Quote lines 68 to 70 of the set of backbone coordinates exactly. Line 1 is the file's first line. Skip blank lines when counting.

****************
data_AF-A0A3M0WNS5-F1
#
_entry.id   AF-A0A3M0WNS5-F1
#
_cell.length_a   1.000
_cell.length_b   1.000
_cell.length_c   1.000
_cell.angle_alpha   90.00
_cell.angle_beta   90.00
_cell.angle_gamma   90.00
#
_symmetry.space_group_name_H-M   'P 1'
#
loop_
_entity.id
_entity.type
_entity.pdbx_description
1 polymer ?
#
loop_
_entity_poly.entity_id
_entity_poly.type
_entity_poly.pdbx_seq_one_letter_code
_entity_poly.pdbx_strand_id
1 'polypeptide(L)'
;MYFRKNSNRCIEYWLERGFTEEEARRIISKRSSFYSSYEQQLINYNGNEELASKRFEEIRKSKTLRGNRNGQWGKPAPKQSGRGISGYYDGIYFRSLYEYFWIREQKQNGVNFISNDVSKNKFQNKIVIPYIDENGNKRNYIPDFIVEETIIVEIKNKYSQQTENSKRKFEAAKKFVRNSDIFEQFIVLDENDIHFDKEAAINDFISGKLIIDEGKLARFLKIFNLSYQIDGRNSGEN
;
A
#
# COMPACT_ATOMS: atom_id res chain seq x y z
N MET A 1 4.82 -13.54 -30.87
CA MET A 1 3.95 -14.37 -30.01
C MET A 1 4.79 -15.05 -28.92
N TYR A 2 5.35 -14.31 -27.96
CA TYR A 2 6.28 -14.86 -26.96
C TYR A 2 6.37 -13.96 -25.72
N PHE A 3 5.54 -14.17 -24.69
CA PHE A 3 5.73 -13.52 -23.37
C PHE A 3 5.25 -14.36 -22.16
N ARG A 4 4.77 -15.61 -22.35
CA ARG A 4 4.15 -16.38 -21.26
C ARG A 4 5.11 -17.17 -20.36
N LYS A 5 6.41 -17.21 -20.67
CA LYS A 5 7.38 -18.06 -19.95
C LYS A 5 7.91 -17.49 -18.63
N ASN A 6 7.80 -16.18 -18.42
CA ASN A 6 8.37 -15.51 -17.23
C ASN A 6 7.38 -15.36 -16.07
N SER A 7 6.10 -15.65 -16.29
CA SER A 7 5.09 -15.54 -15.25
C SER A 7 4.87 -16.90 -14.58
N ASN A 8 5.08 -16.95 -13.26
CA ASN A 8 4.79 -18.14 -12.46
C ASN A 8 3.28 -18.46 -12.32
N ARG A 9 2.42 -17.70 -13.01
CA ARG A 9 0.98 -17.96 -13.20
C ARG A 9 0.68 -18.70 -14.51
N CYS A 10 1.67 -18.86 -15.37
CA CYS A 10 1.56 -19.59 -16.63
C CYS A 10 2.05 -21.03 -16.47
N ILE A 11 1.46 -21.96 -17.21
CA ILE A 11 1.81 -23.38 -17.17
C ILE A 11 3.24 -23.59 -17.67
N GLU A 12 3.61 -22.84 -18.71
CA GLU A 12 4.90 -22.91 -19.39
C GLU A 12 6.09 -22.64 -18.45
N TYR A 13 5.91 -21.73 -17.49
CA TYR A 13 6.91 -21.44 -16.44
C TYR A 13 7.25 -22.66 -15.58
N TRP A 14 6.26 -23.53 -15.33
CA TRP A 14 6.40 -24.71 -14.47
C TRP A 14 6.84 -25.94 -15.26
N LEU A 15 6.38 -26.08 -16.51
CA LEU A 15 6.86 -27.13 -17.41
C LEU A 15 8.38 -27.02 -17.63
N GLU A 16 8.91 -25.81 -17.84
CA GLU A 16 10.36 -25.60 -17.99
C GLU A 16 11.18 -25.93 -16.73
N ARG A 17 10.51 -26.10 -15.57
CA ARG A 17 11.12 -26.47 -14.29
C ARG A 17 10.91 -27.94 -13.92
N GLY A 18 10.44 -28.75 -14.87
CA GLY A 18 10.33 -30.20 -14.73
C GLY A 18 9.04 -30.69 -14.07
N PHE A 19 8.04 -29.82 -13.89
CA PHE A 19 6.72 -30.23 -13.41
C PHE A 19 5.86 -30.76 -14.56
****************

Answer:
CA TYR A 13 6.91 -21.44 -16.44
C TYR A 13 7.25 -22.66 -15.58
N TRP A 14 6.26 -23.53 -15.33